But the new figure of 27 other Wapping employees destroys any notion that hacking was a secret limited to only a few journalists there.

Robert Jay, QC, counsel for the inquiry, said that based on material provided by police, it would not be unfair to describe the NI journalists' use of the illegal practice as "a thriving cottage industry".

In evidence which relates to Goodman and Mulcaire's trial in 2007, it was established that Mulcaire generally wrote the names of those who commissioned hacking from him in the top corner of his notebooks, which were seized by police in 2006 when they raided his home. Despite the discovery of 11,000 pages of evidence, though, only a limited prosecution was mounted.

Mr Jay described the illegal behaviour as "grubby" and as "underhand as it was high-handed", adding that "questions might be asked as to how high up in NI the metaphorical buck stops".

It was "clear that Goodman was not a rogue reporter", Mr Jay said, adding that aside from the new number of those involved, there was also "evidence of a significant quantity of illegal activity over a lengthy time period".

Mr Jay offered only codenames for those he described as "prolific users of Mulcaire's services". The codes, however, point to senior NOTW staff who have already been arrested.

Computer attack: Lawyers warn of 'Trojan Horse' virus

Computer engineers at the Royal Courts of Justice were last night examining the software and hard drives of computers belonging to two senior counsel after the sudden appearance of a "Trojan Horse" warning on their screens.

The warning of the virus – which can indicate that data from the infected machine can be seen by an outside party – came just after the lunch break. David Sherborne, counsel for victims who are core participants in the Leveson Inquiry, interrupted proceedings to claim the alert had suddenly appeared on one of his two desk screens.

The warning notice appeared in a red box marked with the words "Trojan Horse" notifying the threat, and the options to delete or ignore.

A counsel for The Guardian newspaper said she also had received the warning but had chosen to ignore it.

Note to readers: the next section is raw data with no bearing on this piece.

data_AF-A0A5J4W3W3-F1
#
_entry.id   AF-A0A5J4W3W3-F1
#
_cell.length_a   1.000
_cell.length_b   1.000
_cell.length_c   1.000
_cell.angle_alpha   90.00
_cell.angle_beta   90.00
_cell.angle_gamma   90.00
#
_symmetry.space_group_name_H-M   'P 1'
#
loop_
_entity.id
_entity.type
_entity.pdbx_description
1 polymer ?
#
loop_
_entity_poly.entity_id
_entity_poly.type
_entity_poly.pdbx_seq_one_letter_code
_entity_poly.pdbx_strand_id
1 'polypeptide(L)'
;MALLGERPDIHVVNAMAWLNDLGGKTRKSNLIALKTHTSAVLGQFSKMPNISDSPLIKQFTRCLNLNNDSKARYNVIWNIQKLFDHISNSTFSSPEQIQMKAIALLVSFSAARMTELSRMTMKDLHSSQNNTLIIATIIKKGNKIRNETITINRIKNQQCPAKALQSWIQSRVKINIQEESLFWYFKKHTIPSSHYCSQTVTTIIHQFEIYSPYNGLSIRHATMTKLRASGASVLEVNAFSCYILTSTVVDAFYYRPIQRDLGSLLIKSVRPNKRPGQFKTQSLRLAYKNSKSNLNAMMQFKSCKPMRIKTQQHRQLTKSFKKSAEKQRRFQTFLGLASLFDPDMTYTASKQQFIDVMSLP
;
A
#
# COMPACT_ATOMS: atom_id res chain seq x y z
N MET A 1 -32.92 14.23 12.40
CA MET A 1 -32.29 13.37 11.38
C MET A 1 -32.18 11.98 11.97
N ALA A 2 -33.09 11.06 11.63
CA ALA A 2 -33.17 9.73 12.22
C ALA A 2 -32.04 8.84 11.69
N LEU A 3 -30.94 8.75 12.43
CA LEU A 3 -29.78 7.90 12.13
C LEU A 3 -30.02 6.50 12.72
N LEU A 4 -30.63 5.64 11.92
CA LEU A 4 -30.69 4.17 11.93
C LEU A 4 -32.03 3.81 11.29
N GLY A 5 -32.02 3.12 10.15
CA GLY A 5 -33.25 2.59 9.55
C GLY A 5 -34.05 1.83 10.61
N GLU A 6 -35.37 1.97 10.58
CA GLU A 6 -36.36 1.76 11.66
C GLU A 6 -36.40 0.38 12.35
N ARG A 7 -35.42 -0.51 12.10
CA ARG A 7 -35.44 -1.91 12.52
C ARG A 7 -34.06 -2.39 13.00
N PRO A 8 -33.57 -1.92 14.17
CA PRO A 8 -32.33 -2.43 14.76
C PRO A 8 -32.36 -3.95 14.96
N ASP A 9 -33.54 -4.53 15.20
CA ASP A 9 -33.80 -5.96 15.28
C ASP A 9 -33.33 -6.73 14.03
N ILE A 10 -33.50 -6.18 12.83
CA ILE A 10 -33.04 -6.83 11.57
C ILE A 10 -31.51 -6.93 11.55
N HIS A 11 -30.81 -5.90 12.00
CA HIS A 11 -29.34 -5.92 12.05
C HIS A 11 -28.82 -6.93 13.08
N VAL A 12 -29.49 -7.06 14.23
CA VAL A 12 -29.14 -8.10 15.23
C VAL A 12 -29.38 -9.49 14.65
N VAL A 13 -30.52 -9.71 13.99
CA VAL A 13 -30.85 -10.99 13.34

If the supposedly secure RCJ system has been hacked into, even for a hoax message, it will prove an embarrassment to an inquiry into the illegal access of personal data.

The potentially infected machine belonging to Mr Sherborne contains inquiry management files and documents connected to clients.

Lord Leveson said he wanted it "dealt with" and admitted he had been "thrown" by the sudden warning.

'Fake Sheikh': Mahmood set to reveal his methods

The News of the World's former star investigations reporter, the "Fake Sheikh" Mazher Mahmood, is to give evidence at the Leveson Inquiry. The entrapment specialist, who lured many of his victims dressed as a wealthy Arab businessman, has already given a full witness statement to the inquiry team.

Robert Jay, counsel to the inquiry, said "agent provocateur" techniques in which "the ends did not justify the means" would be explored when Mr Mahmood – who is now with The Sunday Times, gave evidence.

Source of the evidence: Mulcaire's notebook

When police arrived at Glenn Mulcaire's south London home in August 2006, much of the most devastating evidence that would help close the News of the World and taint the Murdoch dynasty was lying in a binbag in the private detective's garden shed.

Crucially, Mulcaire, who was contracted to the NOTW, was in the habit of writing the first name of the journalist to have commissioned him in the top corner of his documents. A fraction of this material, which runs to some 11,000 pages, was used to convict Mulcaire and NOTW royal editor Clive Goodman of eavesdropping on the messages of royal aides. But only now – six years after Scotland Yard first became aware of the phone-hacking scandal – is the full extent of Mulcaire's archive becoming clear.